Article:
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Greater consideration of liquefaction risks urged by Christchurch report

Land development rules in Christchurch, New Zealand failed to take account of liquefaction risks, according to a new report published this week.

The final report from the Canterbury Earthquakes Royal Commission into the effects of the earthquakes in 2010 and 2011 said that too many buildings had to be demolished due to liquefaction damage.

The report called for better provision for the acknowledgment of earthquake and liquefaction risk in the various planning instruments that are made under the Resource Management Act 1991. The commission said that the Resource Management Act 1991 should more explicitly acknowledge the potential effects of earthquakes and liquefaction.

The report stated: “One way of minimising the failure of buildings in the future is to ensure that the land on which they are developed is suitable for the purpose. Having said that, we need to  emphasise that it is not possible to predict with any certainty when an earthquake will occur and, in reality, the public and private investment in the country’s cities is such that it is not realistic to redirect development from the existing central business districts.”

Risks of liquefaction and lateral spread should be considered when zoning for new development areas is being planned in order to minimise the effects of future earthquakes.

 

Recommendations

  • Sections 6 and 7 of the Resource Management Act 1991 should be amended to ensure that regional and district plans (including the zoning of new areas for urban development) are prepared on a basis that acknowledges the potential effects of earthquakes and liquefaction, and to ensure that those risks are considered in the processing of resource and subdivision consents under the Act.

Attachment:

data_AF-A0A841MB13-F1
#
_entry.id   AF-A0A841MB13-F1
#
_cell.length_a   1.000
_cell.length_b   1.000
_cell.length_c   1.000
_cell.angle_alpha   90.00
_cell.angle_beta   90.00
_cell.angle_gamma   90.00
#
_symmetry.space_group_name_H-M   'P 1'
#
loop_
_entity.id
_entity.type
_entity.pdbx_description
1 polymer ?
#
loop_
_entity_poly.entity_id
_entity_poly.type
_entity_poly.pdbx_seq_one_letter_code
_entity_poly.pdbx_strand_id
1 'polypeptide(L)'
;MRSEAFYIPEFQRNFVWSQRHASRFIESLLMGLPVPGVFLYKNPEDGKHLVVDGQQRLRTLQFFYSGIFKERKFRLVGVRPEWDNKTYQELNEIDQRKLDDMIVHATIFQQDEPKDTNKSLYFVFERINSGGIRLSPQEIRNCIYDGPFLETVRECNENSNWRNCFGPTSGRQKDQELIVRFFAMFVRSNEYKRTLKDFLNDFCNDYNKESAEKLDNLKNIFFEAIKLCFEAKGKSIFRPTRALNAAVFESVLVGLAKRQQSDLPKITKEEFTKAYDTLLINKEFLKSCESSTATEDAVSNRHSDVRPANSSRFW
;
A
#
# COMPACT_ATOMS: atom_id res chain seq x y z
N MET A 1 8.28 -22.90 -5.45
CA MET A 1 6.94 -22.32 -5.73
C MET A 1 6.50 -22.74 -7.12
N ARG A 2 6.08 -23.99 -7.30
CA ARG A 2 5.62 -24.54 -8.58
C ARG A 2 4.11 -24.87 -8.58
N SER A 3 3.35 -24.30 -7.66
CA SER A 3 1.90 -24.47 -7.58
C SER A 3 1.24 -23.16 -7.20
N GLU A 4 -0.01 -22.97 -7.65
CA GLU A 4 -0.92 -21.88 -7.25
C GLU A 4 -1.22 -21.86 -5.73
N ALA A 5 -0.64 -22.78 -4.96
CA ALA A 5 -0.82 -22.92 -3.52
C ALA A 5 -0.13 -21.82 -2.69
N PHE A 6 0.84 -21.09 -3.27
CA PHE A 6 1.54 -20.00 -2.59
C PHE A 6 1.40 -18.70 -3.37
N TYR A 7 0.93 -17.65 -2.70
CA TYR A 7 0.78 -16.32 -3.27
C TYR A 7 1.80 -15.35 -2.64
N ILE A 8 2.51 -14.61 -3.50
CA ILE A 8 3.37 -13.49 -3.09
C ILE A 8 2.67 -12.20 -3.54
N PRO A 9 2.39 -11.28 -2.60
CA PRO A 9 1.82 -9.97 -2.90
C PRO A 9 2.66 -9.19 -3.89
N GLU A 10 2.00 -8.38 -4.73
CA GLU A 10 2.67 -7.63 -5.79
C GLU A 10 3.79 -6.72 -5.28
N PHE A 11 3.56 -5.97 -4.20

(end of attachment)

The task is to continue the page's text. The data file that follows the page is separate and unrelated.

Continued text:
• Regional councils and territorial authorities should ensure that they are adequately informed about the seismicity of their regions and districts. Since seismicity should be considered and understood at a regional level, regional councils should take a lead role in this respect, and provide policy guidance as to where and how liquefaction risk ought to be avoided or mitigated. In Auckland, the Auckland Council should perform these functions.
  • Applicants for resource and subdivision consents should be required to undertake such geotechnical investigations as may be appropriate to identify the potential for liquefaction risk, lateral spreading or other soil conditions that may contribute to building failure in a significant earthquake. Where appropriate, resource and subdivision consents should be subject to conditions requiring land improvement to mitigate these risks.

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